Time to right a wrong?

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‘Formulaic, cautious, dull and unreadable.’ Dennis Tourish struggles to understand management research papers.   Many decisions in organisations are taken in spite of evidence that they do more harm than good. Consider the use of stock options as a compensation strategy. Originally intended to align the behaviours of managers with those of shareholders, unintended consequences quickly…

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Techno-Humanism: If algorithms make all the decisions, who is the leader?

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At the EFMD Special Interest Group (SIG) “Innovation in Leadership” kick-off in March 2018, I called for our group to help innovate leadership in the context of rapid digital transformation and ambiguous globalisation.   A year later, the SIG facilitators, Nigel Paine and Roger Delves, note that the challenges faced by the 12 companies involved…

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Flexible Future

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Peter Lorange says that introducing greater flexibility and agility into executive education and allowing experts, instructors, contributors, professors and students to simultaneously and easily learn from each other are essential ingredients in building a secure future for management education.   Higher education in business and management has functioned in more or less the same way…

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Educating for personal strength and well-being

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Business schools face increasing calls to expand their focus to educating for personal strength and well-being. Jeroen Kraaijenbrink outlines a nine-step programme that helps students—and staff—deal with the stress they face in today’s society.   Ever since their creation around a century ago, business schools have had a strong focus on helping students develop their…

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Chinese graduates: the employability disconnect

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As more and more Chinese students study internationally, business schools must look at how they enable graduates to obtain jobs in China. Martin Lockett and Xuan Feng look at the challenges facing students, employers and business schools   A decade or two ago, foreign graduates from mainland China were rare and highly sought after by…

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Optimise your course evaluation system

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Ad Scheepers identifies good practices in the use of Student Evaluations of Teaching (SET).   Student evaluations of teaching (SET) are widely used in higher education to assess course and teaching quality. SETs serve as an information source for teachers to be able to improve their teaching, provide information for students to select courses and…

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Take control – seven steps for crisis communications in business schools

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Thomas Bieger and Ulrich Schmid outline a straightforward approach to dealing with the increasing challenge posed by print and online media Excessive travel expenses; professors with conflicts of interest between private consulting and research; misconduct of alumni in management positions; offenses against scientific integrity; students questioning the political correctness of professors in classroom discussions. These…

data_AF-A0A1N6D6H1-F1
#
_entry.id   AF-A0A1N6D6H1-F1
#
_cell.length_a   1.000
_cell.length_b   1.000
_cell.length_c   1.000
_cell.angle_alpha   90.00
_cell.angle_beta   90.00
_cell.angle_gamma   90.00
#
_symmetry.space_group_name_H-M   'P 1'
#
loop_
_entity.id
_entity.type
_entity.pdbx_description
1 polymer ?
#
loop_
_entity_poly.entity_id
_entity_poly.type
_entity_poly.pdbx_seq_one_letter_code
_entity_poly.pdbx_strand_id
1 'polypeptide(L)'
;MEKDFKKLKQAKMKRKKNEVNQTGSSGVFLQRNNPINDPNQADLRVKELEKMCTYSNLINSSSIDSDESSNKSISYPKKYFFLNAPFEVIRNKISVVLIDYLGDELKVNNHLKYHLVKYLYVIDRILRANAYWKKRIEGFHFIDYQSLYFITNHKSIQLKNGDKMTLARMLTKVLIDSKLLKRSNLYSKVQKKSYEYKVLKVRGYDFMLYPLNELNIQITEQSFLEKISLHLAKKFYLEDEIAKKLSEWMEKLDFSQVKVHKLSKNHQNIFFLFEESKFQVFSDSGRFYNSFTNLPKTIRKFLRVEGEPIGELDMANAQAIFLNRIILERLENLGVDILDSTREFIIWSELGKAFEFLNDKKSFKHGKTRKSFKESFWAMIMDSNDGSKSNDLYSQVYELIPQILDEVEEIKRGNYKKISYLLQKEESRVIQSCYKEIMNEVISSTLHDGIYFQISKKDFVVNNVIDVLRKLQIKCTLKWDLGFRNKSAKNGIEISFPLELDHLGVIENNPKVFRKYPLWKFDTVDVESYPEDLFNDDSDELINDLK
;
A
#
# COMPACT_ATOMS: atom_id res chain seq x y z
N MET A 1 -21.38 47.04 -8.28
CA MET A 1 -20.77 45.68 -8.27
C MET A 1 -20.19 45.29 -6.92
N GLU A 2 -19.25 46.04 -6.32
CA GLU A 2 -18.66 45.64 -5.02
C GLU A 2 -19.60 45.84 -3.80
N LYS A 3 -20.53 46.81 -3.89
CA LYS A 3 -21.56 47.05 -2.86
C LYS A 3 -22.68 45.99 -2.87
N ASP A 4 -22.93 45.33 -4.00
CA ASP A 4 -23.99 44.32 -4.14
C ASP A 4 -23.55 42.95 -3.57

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Do Business Schools have a Plan B for Plan S?

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For those involved in STEM research and the publishing industry, the last year has been all about Plan S and its potential impact on both constituencies. But what are the consequences, unintended or otherwise, for business schools and their research programmes? Simon Linacre lifts the lid on Plan S and what might be in store…

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The future of business schools: shut them down or broaden our horizons?

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Ken Starkey and Howard Thomas report on a groundbreaking workshop that debated the mounting criticism of business schools and where they might go from here. We live in turbulent and complicated times and business schools are not immune to the uncertainties that now afflict so many aspects of our social and economic lives.

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Preparing students for the world outside the classroom

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Ishwar Puri and Leonard Waverman describe how a new programme at a top Canadian university breaks down academic barriers and allows students to pursue their interests across the campus in collaborative and experiential ways.   At Canada’s McMaster University, hundreds of undergraduate students are embarking on an educational adventure. As they pursue their core programmes…

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Harnessing disruption – a glimpse into the future

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An innovative programme in Canada is showing how co-operation between academia and business can profit both. By Ralph Eastman.   There are few business sectors that are not being affected by disruptive technologies in one way or another. From web-based video changing how we access news and entertainment to 3D printing changing the way we…

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Will learning get you there?

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It may not be enough argues Nikki Huyer. She believes that more attention needs to be paid to learning transfer.   As the nature of work continues to change, the need for learning continues to grow. The business of organisational learning has increased so much that the annual spend is now estimated to be in…

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Positive learning on carbon neutrality